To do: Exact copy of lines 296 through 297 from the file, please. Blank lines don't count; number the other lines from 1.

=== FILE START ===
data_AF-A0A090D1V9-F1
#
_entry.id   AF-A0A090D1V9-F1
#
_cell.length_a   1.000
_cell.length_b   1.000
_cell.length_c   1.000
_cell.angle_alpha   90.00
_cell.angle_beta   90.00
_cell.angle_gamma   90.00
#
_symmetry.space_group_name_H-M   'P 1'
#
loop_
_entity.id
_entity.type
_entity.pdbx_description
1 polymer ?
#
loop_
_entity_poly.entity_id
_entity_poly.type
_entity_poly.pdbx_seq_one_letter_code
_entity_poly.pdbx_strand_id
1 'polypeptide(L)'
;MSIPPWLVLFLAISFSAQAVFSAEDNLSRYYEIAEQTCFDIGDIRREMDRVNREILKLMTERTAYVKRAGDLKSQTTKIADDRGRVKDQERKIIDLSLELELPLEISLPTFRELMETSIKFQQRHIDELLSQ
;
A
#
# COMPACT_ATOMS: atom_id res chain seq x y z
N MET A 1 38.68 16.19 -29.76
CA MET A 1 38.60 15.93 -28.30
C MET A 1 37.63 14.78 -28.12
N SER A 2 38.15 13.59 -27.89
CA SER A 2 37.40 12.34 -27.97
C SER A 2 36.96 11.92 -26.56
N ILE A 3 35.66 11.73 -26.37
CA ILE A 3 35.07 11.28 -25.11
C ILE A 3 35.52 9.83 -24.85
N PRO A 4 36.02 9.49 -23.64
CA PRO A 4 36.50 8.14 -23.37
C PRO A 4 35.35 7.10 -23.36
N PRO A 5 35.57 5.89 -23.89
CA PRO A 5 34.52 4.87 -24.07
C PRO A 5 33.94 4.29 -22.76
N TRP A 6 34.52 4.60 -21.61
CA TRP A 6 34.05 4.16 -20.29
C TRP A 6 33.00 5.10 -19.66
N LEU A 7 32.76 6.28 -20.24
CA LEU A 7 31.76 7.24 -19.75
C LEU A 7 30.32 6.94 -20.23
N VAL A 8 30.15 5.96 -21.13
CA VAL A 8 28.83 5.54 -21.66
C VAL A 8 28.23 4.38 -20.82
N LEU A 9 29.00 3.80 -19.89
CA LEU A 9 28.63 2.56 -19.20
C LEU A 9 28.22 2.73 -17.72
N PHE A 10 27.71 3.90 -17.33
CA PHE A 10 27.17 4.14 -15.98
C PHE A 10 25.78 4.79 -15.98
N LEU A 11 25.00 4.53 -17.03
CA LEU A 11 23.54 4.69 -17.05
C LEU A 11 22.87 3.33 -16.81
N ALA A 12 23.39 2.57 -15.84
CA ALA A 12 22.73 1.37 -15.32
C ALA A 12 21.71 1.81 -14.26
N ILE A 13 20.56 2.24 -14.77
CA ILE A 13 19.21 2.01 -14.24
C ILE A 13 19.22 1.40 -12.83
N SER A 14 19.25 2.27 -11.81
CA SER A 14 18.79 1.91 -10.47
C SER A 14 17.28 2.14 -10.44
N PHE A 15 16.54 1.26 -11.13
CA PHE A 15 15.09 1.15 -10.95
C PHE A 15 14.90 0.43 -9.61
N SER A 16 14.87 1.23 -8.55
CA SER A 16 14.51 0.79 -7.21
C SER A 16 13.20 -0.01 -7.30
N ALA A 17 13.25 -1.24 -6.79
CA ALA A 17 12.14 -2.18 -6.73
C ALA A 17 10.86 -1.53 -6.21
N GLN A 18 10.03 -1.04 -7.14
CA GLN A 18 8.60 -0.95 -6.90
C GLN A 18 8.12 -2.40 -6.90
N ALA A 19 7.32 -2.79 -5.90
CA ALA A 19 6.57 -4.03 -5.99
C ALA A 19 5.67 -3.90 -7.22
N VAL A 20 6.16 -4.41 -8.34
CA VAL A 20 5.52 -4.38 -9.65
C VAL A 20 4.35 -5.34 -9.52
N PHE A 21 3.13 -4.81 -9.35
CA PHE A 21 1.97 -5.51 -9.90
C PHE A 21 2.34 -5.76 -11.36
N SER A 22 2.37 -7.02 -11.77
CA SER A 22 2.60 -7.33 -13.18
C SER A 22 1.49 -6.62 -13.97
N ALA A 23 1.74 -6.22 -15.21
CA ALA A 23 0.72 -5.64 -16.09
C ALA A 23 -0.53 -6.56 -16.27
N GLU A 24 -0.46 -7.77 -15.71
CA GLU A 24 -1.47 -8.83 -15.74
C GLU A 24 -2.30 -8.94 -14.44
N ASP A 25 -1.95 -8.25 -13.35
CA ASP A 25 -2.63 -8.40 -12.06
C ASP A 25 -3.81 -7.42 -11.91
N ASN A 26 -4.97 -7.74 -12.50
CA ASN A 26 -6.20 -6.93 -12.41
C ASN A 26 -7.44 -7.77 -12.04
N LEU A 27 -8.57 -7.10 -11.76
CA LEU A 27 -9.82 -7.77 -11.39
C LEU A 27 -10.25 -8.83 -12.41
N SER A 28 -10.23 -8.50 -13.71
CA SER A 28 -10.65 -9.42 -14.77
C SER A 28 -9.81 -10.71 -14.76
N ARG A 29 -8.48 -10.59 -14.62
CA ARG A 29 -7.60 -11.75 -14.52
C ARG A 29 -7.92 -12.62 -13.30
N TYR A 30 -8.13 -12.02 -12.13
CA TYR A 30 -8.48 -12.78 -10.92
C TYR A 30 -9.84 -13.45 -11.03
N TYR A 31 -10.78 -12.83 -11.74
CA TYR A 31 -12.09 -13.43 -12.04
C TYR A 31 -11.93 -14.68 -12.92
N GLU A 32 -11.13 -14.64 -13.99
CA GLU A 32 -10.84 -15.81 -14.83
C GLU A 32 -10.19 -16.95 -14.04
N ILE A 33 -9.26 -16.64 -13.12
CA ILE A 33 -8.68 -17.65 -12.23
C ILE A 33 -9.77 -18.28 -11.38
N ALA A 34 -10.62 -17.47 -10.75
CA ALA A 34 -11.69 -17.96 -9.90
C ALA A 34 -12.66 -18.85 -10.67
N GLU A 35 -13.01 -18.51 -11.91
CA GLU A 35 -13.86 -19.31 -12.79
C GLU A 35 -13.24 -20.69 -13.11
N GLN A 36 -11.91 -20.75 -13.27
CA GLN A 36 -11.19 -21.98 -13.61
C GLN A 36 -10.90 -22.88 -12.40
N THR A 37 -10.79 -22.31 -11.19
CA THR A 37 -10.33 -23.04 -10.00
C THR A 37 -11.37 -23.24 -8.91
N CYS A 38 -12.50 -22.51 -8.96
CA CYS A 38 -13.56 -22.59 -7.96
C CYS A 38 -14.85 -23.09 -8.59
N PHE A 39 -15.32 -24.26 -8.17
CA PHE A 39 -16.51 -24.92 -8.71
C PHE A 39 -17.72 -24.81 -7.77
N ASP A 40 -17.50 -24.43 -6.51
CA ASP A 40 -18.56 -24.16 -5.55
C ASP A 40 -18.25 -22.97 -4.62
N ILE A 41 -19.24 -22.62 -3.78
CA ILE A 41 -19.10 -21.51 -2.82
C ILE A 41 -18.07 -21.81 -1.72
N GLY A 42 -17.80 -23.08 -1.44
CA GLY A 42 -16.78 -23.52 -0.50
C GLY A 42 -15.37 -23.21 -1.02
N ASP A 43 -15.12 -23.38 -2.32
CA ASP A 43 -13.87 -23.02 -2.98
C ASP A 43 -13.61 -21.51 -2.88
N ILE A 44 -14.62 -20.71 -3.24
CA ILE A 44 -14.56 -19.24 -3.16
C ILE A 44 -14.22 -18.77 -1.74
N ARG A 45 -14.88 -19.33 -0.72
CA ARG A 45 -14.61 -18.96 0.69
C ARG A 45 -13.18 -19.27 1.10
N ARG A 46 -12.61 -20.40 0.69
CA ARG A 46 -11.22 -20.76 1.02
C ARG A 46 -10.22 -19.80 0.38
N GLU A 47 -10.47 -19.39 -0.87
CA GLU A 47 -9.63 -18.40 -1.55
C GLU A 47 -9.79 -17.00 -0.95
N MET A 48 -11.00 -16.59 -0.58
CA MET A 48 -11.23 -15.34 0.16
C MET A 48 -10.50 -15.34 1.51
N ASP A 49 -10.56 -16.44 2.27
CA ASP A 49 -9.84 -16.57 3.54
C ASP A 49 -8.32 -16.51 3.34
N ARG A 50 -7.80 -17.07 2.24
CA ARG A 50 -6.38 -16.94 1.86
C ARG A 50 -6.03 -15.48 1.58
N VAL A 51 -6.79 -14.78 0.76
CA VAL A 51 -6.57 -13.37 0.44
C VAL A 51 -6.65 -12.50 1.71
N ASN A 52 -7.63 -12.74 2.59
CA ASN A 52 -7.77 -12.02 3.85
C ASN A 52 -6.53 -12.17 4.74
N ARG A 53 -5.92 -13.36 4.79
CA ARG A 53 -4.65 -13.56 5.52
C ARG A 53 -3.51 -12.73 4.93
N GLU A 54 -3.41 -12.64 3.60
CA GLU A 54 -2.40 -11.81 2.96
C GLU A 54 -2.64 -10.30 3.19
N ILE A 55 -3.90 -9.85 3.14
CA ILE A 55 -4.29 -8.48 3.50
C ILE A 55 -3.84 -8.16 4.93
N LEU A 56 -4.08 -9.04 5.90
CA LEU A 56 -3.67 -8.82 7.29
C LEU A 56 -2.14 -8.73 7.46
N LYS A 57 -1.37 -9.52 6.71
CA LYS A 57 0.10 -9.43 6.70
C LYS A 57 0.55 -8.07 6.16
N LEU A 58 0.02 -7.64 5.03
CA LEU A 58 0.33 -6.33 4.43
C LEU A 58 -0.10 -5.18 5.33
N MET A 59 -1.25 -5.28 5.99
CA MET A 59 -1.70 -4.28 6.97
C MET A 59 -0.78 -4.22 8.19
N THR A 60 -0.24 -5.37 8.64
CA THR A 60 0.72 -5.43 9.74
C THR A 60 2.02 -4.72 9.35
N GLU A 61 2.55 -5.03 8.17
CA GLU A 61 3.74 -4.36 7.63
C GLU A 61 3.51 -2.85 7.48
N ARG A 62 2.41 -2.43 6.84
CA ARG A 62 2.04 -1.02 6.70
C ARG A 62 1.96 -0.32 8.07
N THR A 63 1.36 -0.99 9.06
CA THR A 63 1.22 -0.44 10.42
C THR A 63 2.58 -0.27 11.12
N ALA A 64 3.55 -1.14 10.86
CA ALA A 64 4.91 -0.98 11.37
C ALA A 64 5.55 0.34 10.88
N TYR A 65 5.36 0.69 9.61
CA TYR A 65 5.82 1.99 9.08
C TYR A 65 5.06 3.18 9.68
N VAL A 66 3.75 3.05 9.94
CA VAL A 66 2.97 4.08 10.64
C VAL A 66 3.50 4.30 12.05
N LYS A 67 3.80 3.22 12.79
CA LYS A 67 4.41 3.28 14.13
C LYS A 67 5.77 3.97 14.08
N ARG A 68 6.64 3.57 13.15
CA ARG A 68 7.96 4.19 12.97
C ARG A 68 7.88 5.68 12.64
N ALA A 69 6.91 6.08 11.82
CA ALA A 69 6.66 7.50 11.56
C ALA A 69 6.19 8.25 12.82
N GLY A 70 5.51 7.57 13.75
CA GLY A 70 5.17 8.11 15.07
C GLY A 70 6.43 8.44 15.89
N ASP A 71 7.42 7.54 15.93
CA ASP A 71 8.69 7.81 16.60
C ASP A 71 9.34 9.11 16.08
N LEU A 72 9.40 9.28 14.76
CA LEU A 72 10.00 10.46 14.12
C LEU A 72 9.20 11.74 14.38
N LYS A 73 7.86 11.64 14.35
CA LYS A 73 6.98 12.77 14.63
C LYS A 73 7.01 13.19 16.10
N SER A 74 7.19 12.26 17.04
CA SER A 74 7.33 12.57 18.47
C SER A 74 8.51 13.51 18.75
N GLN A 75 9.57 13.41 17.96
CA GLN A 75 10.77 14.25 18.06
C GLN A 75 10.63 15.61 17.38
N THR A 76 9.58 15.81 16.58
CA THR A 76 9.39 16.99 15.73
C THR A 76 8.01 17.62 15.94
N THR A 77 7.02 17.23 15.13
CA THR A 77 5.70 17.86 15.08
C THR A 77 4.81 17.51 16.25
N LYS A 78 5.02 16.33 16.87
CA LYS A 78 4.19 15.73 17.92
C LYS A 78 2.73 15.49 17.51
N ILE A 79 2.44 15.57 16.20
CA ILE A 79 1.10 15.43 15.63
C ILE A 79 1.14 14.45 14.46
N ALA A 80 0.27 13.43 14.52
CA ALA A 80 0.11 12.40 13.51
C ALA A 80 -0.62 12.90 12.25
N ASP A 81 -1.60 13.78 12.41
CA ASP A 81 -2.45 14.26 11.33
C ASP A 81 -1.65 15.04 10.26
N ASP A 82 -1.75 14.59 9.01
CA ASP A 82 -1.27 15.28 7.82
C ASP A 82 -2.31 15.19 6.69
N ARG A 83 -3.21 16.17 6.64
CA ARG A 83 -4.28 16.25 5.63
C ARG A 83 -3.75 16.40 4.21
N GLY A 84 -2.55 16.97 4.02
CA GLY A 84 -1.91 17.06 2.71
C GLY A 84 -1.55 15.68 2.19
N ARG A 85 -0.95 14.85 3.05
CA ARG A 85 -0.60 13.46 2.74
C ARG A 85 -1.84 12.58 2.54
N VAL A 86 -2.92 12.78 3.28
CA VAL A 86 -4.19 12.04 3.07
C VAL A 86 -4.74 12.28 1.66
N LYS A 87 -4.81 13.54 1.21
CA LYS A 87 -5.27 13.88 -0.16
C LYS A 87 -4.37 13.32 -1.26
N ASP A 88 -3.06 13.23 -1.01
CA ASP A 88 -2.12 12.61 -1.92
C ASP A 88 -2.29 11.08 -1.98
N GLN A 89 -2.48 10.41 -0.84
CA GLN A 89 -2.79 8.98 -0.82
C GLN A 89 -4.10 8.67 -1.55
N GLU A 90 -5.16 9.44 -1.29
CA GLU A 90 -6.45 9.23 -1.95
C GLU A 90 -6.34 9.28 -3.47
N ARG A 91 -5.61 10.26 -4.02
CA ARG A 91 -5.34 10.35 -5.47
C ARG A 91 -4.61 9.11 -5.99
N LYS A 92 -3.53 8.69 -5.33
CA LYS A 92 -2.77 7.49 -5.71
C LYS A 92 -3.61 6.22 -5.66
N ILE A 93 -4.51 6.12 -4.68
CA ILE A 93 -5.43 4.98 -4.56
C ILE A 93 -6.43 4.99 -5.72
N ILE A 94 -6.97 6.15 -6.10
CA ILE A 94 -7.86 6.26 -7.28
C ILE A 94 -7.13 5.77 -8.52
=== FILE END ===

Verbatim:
CA GLN A 89 -2.79 8.98 -0.82
C GLN A 89 -4.10 8.67 -1.55